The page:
Health & Wellness: Oral Health Impacts Overall Health

toothbrush
image courtesy pixabay.com

By Tanyah Williams, Washington State Patrol

Did you know healthy teeth and gums can affect your heart health?

Dr. Arne Gundersen, from Gundersen Dental Care  in Thurston County gave a health and wellness talk at at a recent ICSEW meeting. His presentation, “The Link between Oral Health and Wellness,” illustrated the correlation between periodontal disease and its impact on our overall health.

Using slides featuring oral anatomy drawings, Gendersen explained periodontal disease, an inflammatory response due to an infection or buildup of bacteria or debris around the teeth. Bacteria can infiltrate blood vessels and over time release proteins into the blood stream.

Man standing in front of PowerPoint slide of a tooth
Dr. Gundersen speaks at the ICSEW’s March 2019 meeting at the Department of Labor and Industries. Photo by Rachel Friederich

He also noted some research that links between oral health and the body’s cardiovascular system. For instance, Gundersen said there’s evidence that poor oral health can be linked to cardiovascular disease, which includes stroke heart attack and hemorrhaging.  Gundersen said researchers are also trying to figure out if poor oral health has a correlation to diabetes. He said researchers believe periodontitis can affect sugar levels in the body.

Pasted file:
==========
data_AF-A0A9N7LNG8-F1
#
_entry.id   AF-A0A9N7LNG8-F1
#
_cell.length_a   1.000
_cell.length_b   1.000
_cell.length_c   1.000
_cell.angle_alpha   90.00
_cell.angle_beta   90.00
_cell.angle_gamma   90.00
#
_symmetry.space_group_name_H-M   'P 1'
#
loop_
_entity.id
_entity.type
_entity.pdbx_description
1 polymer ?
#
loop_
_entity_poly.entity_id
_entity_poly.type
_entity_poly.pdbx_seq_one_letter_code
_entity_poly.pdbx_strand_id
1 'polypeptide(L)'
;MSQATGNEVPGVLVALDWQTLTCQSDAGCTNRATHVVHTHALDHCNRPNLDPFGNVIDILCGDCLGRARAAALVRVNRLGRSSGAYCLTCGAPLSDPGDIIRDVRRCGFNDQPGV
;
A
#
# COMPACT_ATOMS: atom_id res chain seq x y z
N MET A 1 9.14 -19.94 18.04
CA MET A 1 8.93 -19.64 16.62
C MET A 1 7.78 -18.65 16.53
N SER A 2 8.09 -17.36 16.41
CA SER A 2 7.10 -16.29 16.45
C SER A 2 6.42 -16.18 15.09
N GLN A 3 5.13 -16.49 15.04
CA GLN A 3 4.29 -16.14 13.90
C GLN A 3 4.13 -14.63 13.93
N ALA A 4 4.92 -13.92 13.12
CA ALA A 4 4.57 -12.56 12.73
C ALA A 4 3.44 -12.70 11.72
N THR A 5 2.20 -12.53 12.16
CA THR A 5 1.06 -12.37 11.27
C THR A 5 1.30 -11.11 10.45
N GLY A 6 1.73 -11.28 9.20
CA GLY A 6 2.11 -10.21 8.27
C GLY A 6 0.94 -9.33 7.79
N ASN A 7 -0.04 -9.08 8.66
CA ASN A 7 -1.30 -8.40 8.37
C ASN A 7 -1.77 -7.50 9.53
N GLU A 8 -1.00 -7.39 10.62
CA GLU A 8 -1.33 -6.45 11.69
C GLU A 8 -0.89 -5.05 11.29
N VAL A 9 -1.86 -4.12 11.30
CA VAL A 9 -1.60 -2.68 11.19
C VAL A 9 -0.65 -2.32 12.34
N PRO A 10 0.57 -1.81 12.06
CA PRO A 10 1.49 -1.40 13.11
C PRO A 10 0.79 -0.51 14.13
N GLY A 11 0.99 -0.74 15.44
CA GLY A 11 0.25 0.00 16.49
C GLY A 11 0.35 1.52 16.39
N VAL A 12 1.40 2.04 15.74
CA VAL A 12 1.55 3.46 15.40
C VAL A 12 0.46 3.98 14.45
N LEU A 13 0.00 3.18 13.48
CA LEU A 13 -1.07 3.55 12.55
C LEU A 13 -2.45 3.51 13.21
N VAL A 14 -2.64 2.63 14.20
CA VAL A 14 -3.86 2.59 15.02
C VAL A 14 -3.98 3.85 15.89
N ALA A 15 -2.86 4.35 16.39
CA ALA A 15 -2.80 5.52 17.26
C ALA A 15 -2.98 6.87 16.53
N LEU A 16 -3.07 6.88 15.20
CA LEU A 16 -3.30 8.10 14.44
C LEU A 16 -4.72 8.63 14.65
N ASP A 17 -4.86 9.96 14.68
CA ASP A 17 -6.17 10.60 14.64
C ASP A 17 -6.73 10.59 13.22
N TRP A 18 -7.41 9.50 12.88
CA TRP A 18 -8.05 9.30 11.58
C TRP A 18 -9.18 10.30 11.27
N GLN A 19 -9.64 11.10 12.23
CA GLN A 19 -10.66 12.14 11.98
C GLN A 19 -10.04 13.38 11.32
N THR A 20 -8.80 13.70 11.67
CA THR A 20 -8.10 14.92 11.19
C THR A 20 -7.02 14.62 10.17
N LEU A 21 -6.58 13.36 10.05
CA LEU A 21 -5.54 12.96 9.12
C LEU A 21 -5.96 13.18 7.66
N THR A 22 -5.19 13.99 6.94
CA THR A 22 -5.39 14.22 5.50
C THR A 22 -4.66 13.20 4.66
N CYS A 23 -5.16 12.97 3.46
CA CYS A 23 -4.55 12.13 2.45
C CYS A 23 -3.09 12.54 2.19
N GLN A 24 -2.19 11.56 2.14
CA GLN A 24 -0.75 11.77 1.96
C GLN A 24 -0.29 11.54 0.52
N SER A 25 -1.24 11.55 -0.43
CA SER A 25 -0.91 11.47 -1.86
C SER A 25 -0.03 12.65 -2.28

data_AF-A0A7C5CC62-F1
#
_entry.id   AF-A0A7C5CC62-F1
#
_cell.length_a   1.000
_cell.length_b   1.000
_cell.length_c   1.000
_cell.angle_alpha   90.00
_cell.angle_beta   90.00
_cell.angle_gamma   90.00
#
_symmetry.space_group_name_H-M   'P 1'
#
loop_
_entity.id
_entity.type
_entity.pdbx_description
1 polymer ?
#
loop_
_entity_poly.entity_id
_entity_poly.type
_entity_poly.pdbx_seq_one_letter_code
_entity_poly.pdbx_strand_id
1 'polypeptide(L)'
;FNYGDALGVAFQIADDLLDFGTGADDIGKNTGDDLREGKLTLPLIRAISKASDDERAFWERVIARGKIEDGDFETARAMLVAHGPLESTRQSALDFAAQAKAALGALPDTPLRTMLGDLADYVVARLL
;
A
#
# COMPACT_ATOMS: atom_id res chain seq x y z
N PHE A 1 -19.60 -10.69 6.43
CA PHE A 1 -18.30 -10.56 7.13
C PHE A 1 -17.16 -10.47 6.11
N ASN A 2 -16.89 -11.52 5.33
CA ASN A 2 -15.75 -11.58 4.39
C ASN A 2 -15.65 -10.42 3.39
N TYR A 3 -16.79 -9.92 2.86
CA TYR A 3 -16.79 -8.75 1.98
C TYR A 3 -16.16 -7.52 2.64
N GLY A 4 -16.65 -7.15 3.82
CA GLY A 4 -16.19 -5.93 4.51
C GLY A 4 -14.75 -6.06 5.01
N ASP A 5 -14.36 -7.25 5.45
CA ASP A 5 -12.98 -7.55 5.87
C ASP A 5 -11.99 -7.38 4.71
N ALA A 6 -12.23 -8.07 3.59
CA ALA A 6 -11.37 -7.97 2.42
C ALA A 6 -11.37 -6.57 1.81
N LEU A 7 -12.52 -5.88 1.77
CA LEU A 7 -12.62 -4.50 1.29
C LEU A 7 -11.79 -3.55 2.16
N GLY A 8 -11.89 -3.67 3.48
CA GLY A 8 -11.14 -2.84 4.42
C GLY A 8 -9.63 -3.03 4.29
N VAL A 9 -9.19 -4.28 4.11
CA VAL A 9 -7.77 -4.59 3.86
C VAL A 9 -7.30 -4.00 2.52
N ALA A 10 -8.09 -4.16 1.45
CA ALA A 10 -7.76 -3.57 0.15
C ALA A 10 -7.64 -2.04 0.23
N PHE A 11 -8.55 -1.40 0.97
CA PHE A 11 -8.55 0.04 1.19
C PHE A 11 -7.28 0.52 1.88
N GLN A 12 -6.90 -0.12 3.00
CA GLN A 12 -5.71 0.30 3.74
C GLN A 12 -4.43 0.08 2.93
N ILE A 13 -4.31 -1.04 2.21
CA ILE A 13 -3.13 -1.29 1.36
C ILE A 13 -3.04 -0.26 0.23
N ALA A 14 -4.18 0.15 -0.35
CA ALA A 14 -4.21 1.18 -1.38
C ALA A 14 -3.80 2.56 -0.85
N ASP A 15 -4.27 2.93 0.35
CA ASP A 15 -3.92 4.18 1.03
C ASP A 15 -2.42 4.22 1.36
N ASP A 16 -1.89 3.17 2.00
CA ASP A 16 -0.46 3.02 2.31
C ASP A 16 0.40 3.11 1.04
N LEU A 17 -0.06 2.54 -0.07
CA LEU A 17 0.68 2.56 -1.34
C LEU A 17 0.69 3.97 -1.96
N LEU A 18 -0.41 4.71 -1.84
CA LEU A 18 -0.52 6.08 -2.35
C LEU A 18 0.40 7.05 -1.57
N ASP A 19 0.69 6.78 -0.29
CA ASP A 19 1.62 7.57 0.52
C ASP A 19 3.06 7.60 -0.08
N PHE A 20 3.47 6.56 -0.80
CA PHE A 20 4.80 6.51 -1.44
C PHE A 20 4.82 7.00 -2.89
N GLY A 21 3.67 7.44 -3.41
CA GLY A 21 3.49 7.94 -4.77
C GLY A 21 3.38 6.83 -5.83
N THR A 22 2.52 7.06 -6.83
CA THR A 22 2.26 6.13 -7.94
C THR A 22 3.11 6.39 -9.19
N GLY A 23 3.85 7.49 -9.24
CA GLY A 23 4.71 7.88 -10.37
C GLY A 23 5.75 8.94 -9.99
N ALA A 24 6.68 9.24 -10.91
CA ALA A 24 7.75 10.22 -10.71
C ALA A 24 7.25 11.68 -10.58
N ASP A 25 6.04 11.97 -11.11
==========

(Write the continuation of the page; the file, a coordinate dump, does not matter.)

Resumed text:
Gundersen offered some steps you can take between dentist appointments to improve your oral health to reduce your risk of periodontal disease and other serious health problems.

Dr. Gundersen’s Tips For Better Oral Hygiene

  • Brush and floss daily.
  • Invest in a water pic. This helps minimize the bacteria build up that brushing and flossing may miss.
  • Give an electric tooth brush a try. Brushing with a regular brush involves a lot of manual circular motions, which a lot of people don’t do correctly. An electric toothbrush does the motion for you.
  • Use bleach. Combine 1 teaspoon of bleach with one half cup of water to form a rinse.  Do this no more than twice a week.  DO NOT SWALLOW.
  • For those who grind and/or clench their teeth, use a night guard. Grinding and clenching teeth wares down bone quickly and a night guard can prevent this from happening.